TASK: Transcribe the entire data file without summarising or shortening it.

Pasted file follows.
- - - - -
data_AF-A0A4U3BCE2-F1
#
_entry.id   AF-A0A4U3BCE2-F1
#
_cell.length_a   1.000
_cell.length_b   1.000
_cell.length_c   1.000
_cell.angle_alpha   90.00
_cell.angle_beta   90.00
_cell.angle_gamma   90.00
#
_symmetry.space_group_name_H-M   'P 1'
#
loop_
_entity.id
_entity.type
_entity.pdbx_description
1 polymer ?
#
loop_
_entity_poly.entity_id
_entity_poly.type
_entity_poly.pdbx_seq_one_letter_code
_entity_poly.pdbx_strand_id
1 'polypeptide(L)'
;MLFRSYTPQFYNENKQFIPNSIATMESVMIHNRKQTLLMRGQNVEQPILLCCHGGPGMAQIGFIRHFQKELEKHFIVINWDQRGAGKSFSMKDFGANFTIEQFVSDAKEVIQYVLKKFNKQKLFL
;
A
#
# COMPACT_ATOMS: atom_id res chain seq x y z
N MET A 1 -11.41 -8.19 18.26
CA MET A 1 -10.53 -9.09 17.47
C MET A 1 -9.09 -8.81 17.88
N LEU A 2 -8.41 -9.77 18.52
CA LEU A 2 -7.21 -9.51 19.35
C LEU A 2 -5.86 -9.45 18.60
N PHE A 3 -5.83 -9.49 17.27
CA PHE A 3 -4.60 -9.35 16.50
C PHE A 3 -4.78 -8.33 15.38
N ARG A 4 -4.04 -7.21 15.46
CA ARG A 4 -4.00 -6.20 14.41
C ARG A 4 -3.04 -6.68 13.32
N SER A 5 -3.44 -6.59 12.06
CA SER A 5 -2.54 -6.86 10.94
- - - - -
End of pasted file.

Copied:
data_AF-A0A4U3BCE2-F1
#
_entry.id   AF-A0A4U3BCE2-F1
#
_cell.length_a   1.000
_cell.length_b   1.000
_cell.length_c   1.000
_cell.angle_alpha   90.00
_cell.angle_beta   90.00
_cell.angle_gamma   90.00
#
_symmetry.space_group_name_H-M   'P 1'
#
loop_
_entity.id
_entity.type
_entity.pdbx_description
1 polymer ?
#
loop_
_entity_poly.entity_id
_entity_poly.type
_entity_poly.pdbx_seq_one_letter_code
_entity_poly.pdbx_strand_id
1 'polypeptide(L)'
;MLFRSYTPQFYNENKQFIPNSIATMESVMIHNRKQTLLMRGQNVEQPILLCCHGGPGMAQIGFIRHFQKELEKHFIVINWDQRGAGKSFSMKDFGANFTIEQFVSDAKEVIQYVLKKFNKQKLFL
;
A
#
# COMPACT_ATOMS: atom_id res chain seq x y z
N MET A 1 -11.41 -8.19 18.26
CA MET A 1 -10.53 -9.09 17.47
C MET A 1 -9.09 -8.81 17.88
N LEU A 2 -8.41 -9.77 18.52
CA LEU A 2 -7.21 -9.51 19.35
C LEU A 2 -5.86 -9.45 18.60
N PHE A 3 -5.83 -9.49 17.27
CA PHE A 3 -4.60 -9.35 16.50
C PHE A 3 -4.78 -8.33 15.38
N ARG A 4 -4.04 -7.21 15.46
CA ARG A 4 -4.00 -6.20 14.41
C ARG A 4 -3.04 -6.68 13.32
N SER A 5 -3.44 -6.59 12.06
CA SER A 5 -2.54 -6.86 10.94